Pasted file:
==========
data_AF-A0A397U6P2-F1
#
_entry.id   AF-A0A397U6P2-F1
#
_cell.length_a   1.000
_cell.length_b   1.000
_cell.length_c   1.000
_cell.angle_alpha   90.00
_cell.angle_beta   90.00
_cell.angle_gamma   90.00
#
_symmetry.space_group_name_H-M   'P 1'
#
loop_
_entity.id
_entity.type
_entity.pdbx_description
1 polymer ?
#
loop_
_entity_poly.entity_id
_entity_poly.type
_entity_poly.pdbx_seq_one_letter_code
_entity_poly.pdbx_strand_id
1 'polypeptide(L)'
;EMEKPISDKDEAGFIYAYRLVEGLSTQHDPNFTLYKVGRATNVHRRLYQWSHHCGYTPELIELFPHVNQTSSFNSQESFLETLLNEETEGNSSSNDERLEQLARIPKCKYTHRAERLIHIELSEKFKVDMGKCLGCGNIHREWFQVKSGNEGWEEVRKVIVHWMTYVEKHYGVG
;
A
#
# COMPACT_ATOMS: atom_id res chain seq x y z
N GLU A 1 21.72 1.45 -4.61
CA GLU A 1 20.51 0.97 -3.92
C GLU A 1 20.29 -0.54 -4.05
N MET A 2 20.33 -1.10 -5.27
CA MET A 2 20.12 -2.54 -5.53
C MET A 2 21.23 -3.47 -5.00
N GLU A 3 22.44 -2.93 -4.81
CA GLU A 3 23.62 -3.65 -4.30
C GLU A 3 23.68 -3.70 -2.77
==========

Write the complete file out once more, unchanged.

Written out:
data_AF-A0A397U6P2-F1
#
_entry.id   AF-A0A397U6P2-F1
#
_cell.length_a   1.000
_cell.length_b   1.000
_cell.length_c   1.000
_cell.angle_alpha   90.00
_cell.angle_beta   90.00
_cell.angle_gamma   90.00
#
_symmetry.space_group_name_H-M   'P 1'
#
loop_
_entity.id
_entity.type
_entity.pdbx_description
1 polymer ?
#
loop_
_entity_poly.entity_id
_entity_poly.type
_entity_poly.pdbx_seq_one_letter_code
_entity_poly.pdbx_strand_id
1 'polypeptide(L)'
;EMEKPISDKDEAGFIYAYRLVEGLSTQHDPNFTLYKVGRATNVHRRLYQWSHHCGYTPELIELFPHVNQTSSFNSQESFLETLLNEETEGNSSSNDERLEQLARIPKCKYTHRAERLIHIELSEKFKVDMGKCLGCGNIHREWFQVKSGNEGWEEVRKVIVHWMTYVEKHYGVG
;
A
#
# COMPACT_ATOMS: atom_id res chain seq x y z
N GLU A 1 21.72 1.45 -4.61
CA GLU A 1 20.51 0.97 -3.92
C GLU A 1 20.29 -0.54 -4.05
N MET A 2 20.33 -1.10 -5.27
CA MET A 2 20.12 -2.54 -5.53
C MET A 2 21.23 -3.47 -5.00
N GLU A 3 22.44 -2.93 -4.81
CA GLU A 3 23.62 -3.65 -4.30
C GLU A 3 23.68 -3.70 -2.77